• Justme

      Aren’t Catholics already Christian since they believe in Christ? Do you perhaps mean non-denominational Christians?

  • chickadee

    Political correctness? Really? What about “inclusiveness”? What about “making the children feel welcome in their own schools”? What about “public schools are not supposed to be a bastion of Christian gospel performances”?

    I went to elementary school in New Jersey in the 1970s, and we sang songs that reflected the school’s makeup — secular songs, Christmas carols, and Hannukah songs. No one got upset, and we all sang all the songs because they reflected the community of which we were a part. And if someone told me that Christmas carols were banned from school performances along with Jewish songs or anything that evoked religious doctrine, I would be fine with that because community harmony accepts that not everyone believes the same thing, and what better place to learn that than school? And what better age to learn that than the age of As Soon as Possible?

    Nativity plays belong right where you’ve found them — at church.

  • Gloria Fallon

    I appreciate everyone’s comments, but I’m puzzled by many of them–nowhere in
    this article does it say that I want a Nativity play in our public school. No
    intelligent, sane person would want a religious play in a public school. I
    think holiday plays (non-religious plays) would be fun and cute, but I state
    right in the first paragraph that even they would be impossible. I merely miss the fun
    that went along with the holiday plays of my childhood, and I wish that my kids
    could enjoy the same.

    • buzzbees

      You open this piece with an anecdote illustrating how boring political correctness is in schools. You end with ‘I guess I should feel lucky that my kids are allowed to sing actual songs-next year they might be chanting’. That’s some pretty critical stuff. You might miss the holiday pageant, but you are clearly criticizing political correctness in public schools as well.

    • Sara610

      Maybe I can help you understand why so many readers came to the conclusion they did.

      “It was a nice little non-offensive holiday thing I guess, but it’s
      nothing compared to a bunch of kids dressed like shepherds and kings
      forgetting their lines and falling into the curtain.”

      “I went to Catholic school, where the Christmas play was something you
      did every year. It was a huge production and I can’t imagine childhood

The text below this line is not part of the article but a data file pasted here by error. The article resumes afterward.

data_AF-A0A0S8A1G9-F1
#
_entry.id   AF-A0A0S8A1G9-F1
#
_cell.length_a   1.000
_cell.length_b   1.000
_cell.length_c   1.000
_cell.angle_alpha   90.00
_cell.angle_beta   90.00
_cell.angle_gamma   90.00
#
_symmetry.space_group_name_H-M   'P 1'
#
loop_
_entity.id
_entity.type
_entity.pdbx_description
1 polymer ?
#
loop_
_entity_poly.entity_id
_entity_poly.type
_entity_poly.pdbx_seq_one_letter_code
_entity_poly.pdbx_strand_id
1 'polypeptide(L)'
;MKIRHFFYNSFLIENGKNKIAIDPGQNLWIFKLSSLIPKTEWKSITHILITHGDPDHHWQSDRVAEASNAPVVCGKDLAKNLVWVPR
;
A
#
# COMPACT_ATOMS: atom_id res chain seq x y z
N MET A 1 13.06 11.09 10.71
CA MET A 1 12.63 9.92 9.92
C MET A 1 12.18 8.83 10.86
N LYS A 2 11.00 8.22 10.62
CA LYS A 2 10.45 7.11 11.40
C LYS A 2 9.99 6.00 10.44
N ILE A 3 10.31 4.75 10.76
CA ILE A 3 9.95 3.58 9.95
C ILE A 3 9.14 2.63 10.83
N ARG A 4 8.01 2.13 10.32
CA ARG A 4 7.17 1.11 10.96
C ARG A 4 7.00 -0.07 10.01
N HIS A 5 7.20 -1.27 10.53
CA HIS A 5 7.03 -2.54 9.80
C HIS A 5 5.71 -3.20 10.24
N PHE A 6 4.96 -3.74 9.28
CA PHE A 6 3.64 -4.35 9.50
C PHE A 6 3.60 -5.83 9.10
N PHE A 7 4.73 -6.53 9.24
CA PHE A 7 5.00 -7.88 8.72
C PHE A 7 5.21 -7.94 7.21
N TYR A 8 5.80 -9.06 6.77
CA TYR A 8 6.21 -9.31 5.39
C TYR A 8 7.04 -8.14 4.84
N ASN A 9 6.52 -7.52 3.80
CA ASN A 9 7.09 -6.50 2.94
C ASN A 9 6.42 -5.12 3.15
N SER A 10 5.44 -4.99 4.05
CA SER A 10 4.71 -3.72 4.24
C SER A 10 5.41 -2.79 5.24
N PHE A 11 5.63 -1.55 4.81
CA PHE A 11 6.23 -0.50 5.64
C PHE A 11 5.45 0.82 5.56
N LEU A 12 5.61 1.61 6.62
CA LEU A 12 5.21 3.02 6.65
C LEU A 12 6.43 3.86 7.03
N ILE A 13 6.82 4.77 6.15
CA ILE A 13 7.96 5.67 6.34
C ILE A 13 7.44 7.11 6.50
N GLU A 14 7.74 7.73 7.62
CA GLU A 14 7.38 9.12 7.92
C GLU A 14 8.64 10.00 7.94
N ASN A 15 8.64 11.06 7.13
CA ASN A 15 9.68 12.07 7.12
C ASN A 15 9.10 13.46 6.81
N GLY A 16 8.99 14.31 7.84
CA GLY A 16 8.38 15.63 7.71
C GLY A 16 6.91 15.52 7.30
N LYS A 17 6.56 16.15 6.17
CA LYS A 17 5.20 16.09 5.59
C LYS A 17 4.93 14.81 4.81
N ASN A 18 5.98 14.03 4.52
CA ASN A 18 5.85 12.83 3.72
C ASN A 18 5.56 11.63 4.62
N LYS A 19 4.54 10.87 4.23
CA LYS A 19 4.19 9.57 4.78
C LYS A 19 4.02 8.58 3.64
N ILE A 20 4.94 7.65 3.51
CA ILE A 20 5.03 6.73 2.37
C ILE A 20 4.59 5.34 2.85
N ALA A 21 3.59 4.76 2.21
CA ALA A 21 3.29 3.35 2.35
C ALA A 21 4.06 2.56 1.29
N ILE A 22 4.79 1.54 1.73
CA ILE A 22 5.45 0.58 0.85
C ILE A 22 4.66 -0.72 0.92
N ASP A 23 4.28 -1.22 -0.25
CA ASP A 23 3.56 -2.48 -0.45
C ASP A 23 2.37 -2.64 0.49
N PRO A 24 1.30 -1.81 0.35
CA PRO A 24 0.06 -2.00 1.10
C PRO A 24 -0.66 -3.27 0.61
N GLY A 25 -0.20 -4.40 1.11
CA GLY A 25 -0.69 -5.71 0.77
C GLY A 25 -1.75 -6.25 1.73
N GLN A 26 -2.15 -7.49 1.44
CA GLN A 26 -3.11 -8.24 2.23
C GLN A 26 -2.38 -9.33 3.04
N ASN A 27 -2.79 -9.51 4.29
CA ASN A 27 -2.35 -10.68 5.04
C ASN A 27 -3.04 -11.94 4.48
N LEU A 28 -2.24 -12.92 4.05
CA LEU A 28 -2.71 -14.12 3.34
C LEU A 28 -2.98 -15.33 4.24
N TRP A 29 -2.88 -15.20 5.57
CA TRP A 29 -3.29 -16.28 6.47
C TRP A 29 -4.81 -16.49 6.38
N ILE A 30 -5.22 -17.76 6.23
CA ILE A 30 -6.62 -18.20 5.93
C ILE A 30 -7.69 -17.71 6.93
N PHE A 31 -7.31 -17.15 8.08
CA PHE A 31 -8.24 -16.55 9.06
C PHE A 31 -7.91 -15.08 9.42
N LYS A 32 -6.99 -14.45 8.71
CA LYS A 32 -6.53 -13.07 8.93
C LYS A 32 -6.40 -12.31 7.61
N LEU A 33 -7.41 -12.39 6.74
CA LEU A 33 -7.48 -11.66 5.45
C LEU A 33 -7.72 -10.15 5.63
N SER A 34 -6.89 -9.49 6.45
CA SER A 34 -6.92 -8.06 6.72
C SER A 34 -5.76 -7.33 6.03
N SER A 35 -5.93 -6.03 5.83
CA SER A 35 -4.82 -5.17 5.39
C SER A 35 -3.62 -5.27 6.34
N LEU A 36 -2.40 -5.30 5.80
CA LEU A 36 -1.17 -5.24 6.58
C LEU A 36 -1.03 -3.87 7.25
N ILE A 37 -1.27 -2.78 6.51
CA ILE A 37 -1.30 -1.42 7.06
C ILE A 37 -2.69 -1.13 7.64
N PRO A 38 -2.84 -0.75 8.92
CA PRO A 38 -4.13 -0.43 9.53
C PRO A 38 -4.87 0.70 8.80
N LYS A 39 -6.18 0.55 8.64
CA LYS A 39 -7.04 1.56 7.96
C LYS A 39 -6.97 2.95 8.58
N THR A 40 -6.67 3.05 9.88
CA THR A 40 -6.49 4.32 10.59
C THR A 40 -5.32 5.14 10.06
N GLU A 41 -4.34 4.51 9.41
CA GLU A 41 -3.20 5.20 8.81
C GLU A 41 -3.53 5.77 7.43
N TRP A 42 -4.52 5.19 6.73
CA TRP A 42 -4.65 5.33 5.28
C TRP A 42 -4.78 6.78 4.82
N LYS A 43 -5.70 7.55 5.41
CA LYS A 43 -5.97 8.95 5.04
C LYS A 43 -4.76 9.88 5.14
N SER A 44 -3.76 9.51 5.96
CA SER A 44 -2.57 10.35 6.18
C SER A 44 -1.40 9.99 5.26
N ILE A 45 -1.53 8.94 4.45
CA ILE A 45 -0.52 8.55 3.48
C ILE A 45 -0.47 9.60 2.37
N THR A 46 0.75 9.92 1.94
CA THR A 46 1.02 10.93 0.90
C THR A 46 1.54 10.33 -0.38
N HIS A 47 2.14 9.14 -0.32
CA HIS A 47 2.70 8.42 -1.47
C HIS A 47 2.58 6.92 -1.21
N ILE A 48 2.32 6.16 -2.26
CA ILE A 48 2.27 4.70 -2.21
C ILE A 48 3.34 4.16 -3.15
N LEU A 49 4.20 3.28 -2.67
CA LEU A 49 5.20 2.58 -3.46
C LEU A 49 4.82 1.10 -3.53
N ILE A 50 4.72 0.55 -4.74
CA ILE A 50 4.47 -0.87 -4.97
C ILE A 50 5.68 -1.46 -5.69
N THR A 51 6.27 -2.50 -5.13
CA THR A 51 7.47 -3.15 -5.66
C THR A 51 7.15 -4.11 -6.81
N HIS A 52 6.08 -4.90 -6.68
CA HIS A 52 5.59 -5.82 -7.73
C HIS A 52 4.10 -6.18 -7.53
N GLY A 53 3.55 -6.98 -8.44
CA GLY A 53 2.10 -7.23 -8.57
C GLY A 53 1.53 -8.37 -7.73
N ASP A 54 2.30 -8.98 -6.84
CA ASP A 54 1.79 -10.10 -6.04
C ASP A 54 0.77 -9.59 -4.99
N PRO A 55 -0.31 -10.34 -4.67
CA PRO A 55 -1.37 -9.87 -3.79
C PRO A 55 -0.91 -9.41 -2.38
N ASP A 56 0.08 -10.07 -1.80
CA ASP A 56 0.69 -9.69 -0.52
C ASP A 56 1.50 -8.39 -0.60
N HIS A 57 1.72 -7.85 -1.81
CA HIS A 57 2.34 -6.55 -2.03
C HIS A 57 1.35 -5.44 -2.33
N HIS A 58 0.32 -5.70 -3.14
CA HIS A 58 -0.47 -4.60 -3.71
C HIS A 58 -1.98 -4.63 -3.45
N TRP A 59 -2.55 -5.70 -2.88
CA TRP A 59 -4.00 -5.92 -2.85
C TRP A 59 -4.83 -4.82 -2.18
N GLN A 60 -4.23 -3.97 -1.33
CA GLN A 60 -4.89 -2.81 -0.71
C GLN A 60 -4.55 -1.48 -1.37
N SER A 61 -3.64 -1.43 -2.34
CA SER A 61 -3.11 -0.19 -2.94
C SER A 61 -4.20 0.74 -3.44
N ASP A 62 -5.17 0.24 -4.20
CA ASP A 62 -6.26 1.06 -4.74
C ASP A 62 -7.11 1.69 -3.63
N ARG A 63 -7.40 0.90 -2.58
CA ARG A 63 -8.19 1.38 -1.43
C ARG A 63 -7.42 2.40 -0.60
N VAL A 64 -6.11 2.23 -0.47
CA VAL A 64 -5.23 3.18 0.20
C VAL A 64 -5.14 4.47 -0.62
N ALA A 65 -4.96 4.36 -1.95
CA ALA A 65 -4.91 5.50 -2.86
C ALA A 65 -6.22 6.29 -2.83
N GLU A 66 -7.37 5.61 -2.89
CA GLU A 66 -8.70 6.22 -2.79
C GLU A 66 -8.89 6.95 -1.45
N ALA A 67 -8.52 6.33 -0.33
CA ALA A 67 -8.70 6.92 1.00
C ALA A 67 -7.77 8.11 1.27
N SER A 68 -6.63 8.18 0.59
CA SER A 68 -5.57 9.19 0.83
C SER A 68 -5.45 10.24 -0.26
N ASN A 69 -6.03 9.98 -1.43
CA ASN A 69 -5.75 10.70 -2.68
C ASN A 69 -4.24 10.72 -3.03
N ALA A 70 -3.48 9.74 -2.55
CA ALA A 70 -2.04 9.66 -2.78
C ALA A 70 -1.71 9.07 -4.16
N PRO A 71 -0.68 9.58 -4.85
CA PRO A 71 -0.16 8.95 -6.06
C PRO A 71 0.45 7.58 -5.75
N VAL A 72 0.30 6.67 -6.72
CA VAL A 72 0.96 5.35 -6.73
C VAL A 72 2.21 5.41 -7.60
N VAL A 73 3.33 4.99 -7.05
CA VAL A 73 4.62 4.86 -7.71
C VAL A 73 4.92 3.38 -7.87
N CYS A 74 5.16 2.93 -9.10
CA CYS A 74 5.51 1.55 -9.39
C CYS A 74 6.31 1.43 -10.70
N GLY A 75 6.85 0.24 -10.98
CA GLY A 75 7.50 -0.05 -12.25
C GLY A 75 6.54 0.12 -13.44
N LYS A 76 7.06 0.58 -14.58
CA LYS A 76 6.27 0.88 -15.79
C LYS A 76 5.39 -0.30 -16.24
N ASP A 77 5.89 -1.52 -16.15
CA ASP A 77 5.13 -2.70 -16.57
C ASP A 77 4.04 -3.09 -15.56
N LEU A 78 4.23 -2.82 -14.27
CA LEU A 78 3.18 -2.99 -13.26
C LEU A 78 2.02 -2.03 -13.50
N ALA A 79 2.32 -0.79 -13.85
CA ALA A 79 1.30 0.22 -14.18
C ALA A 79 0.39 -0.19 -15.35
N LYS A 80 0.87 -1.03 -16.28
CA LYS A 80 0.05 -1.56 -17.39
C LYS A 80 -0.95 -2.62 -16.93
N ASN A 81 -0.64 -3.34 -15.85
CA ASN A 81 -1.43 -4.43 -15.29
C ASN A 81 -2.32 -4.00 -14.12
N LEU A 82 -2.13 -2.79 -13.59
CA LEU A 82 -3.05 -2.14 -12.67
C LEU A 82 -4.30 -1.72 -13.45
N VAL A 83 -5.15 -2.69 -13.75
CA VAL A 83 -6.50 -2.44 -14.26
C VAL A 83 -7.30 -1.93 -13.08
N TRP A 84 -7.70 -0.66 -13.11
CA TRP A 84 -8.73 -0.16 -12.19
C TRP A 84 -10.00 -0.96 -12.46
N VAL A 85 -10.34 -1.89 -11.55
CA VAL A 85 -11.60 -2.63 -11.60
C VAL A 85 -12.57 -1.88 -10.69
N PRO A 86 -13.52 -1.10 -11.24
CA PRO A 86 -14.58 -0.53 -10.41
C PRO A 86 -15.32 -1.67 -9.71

Christmases without them.”

      “So when I saw the Christmas pageant flyer at the church we belong to, I
      got excited that my twins might be in an actual nativity play this year!”

      All of these comments illustrate three things: 1) You favorably compare an explicitly Christmas-oriented show to a more inclusive performance; 2) You feel that a Christmas pageant is an indispensable part of childhood; and 3) By being so excited that your children might “actually” be in an actual nativity, you feel that this is something that’s seriously lacking elsewhere in their lives. Since as far as I can tell, school is the only other place that they might participate in a performance other than church, the reader can reasonably draw the conclusion that you feel that the school was remiss in not providing this indispensable experience.

      The point is that your kids CAN enjoy the same. I work for a church, and we’re preparing our Christmas pageant right now. If your problem is not with the absence of a Christmas pageant in the school, but rather the perception that your children are missing out on one in general, I’m not really sure what you’re complaining about. Your church obviously provides that opportunity–take it and the problem is solved.

    • Gloria Fallon

      Thank you Sara. I honestly don’t write to offend or insult, so I appreciate your helpful comments.

    • ipsedixit010

      Don’t insult our intelligence.

      You kids attend public school. You have said:

      “…but it’s nothing compared to a bunch of kids dressed like shepherds and
      kings forgetting their lines and falling into the curtain.”

      This is a nativity reference. If your intent was that you wanted a fun, silly, non-Christian related play at your children’s public school, then it certainly wouldn’t involve shepherds, kings and angels.

      “…I got excited that my twins might be in an actual nativity play this
      year! Visions of angels and shepherds danced in my head. Of course they
      still do nativity plays at church!”

      Oh! An *actual* nativity play….rather than, what, exactly? That’s certainly not a reference to a fun and cute holiday play.

      “The songs are from the same politically correct set of faiths.”

      Riiiiiight. Other faiths besides Christianity are “politically correct.”

      If your intent was that you’d rather have a play than a holiday music show…..then this entire article was an epic fail. High five on the page views, though! (sarcasm)

    • Venessa

      The others did a great job pointing out why so many of us read the article a certain way. Maybe Mommyish needs more editors? Or you could forward the article to a few of your friends to see if they get a different point of view.